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Naigamas are individuals or groups within Hinduism who adhere to the authority of the Vedas, which are ancient sacred texts revered in Hindu tradition. The term "Naigamas" specifically refers to those who accept the Vedas as their primary religious scriptures.

Within the broader spectrum of Hinduism, there are various sects and denominations, each with its own interpretation and emphasis on different aspects of Vedic teachings. One significant group among the followers of Shiva (Shaivas) who adhere to the authority of the Vedas are the Pashupatas. Despite being Shaivas, they recognize the Vedas (also known as Nigamas) as authoritative texts, hence they are sometimes referred to as Naigamas.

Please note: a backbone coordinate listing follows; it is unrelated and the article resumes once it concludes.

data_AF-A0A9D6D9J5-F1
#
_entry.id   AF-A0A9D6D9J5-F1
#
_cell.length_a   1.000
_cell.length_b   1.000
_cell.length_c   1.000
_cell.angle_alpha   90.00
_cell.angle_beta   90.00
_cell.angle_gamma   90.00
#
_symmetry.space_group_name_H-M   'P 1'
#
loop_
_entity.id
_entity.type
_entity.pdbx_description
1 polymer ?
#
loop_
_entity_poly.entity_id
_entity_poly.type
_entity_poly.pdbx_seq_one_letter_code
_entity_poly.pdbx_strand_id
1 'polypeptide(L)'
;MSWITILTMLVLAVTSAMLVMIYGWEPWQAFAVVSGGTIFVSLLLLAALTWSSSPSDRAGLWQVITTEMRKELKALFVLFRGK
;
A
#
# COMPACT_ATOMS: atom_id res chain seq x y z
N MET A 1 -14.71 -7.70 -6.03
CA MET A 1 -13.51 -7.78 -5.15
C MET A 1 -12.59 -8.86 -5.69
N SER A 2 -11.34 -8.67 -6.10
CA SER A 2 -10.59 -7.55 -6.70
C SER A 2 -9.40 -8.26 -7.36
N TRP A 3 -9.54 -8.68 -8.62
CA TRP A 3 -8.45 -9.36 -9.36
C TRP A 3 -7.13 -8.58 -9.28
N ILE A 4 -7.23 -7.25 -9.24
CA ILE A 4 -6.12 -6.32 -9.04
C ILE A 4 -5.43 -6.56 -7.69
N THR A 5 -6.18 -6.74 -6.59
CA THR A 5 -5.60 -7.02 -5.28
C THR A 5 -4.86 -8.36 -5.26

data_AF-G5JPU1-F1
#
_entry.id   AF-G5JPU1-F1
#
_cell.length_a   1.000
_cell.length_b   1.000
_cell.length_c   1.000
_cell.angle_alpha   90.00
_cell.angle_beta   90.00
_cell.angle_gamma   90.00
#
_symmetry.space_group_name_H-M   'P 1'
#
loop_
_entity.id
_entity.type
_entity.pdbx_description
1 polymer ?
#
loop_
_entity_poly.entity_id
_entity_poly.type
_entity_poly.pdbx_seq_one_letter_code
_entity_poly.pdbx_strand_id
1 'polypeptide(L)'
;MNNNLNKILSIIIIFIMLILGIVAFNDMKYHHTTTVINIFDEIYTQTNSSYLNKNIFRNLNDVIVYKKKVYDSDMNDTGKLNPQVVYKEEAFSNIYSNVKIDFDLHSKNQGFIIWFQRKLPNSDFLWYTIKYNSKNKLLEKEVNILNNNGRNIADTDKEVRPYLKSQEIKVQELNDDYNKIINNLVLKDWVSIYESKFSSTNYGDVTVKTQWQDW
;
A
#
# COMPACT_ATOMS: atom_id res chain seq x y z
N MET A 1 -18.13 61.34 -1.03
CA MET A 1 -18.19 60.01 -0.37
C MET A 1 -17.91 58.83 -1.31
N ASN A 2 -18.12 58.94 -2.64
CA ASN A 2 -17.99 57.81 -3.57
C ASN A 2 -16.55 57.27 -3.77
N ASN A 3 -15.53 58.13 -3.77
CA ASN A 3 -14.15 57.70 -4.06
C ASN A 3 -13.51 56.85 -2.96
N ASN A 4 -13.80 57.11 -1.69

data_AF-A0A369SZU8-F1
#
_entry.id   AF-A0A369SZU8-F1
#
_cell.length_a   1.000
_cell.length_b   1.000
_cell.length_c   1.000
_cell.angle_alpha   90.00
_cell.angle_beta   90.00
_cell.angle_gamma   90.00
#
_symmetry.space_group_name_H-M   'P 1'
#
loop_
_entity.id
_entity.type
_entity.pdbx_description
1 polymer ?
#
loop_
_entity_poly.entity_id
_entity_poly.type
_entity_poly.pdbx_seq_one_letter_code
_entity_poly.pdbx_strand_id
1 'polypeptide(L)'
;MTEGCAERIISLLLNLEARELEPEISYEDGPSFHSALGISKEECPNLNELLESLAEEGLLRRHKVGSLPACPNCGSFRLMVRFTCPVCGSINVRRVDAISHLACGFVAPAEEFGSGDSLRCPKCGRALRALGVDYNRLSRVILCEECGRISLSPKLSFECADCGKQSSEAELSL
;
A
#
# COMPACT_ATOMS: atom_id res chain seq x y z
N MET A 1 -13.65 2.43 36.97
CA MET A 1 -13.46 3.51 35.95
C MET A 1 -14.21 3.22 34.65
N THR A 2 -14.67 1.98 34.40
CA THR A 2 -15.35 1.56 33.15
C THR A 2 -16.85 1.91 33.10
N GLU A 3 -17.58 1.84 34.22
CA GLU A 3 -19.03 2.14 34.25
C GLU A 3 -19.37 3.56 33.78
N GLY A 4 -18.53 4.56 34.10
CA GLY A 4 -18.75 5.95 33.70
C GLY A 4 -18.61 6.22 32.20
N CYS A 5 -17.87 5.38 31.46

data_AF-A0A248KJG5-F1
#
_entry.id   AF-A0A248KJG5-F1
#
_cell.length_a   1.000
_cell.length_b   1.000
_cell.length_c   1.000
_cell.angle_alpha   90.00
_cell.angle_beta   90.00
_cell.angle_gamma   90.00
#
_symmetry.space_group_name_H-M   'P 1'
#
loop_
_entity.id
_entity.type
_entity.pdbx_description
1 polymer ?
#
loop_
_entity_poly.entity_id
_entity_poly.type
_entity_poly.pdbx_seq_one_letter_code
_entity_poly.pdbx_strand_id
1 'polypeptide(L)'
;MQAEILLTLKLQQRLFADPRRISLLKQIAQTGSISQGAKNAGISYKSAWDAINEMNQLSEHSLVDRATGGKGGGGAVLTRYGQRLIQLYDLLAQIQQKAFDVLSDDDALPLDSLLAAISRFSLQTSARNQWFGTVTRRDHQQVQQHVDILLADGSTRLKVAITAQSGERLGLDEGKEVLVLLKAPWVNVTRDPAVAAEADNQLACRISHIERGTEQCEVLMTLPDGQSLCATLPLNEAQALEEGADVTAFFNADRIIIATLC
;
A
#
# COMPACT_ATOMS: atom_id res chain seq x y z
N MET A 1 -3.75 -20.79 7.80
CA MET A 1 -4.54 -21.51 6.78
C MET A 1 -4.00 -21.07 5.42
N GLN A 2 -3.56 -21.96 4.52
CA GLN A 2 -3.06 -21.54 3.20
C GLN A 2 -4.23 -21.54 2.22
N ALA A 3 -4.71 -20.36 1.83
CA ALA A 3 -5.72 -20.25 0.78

Moreover, "Naigama" also carries additional meanings within Hindu philosophy and literature. It can refer to the Upanishads, which are philosophical texts that form the basis of Vedanta, a major philosophical school within Hinduism. The Upanishads explore profound metaphysical concepts and offer insights into the nature of reality, the self (atman), and the ultimate truth (Brahman).

Furthermore, "Naigama" can also denote a specific section of the Vedic dictionary known as the Nighantu. This text provides explanations, definitions, and interpretations of Vedic words and concepts, aiding in the understanding and study of the Vedas.

In summary, Naigamas represent individuals or groups within Hinduism who uphold the authority of the Vedas, including certain sects of Shaivism like the Pashupatas, and may also refer to the Upanishads and the Vedic dictionary called Nighantu.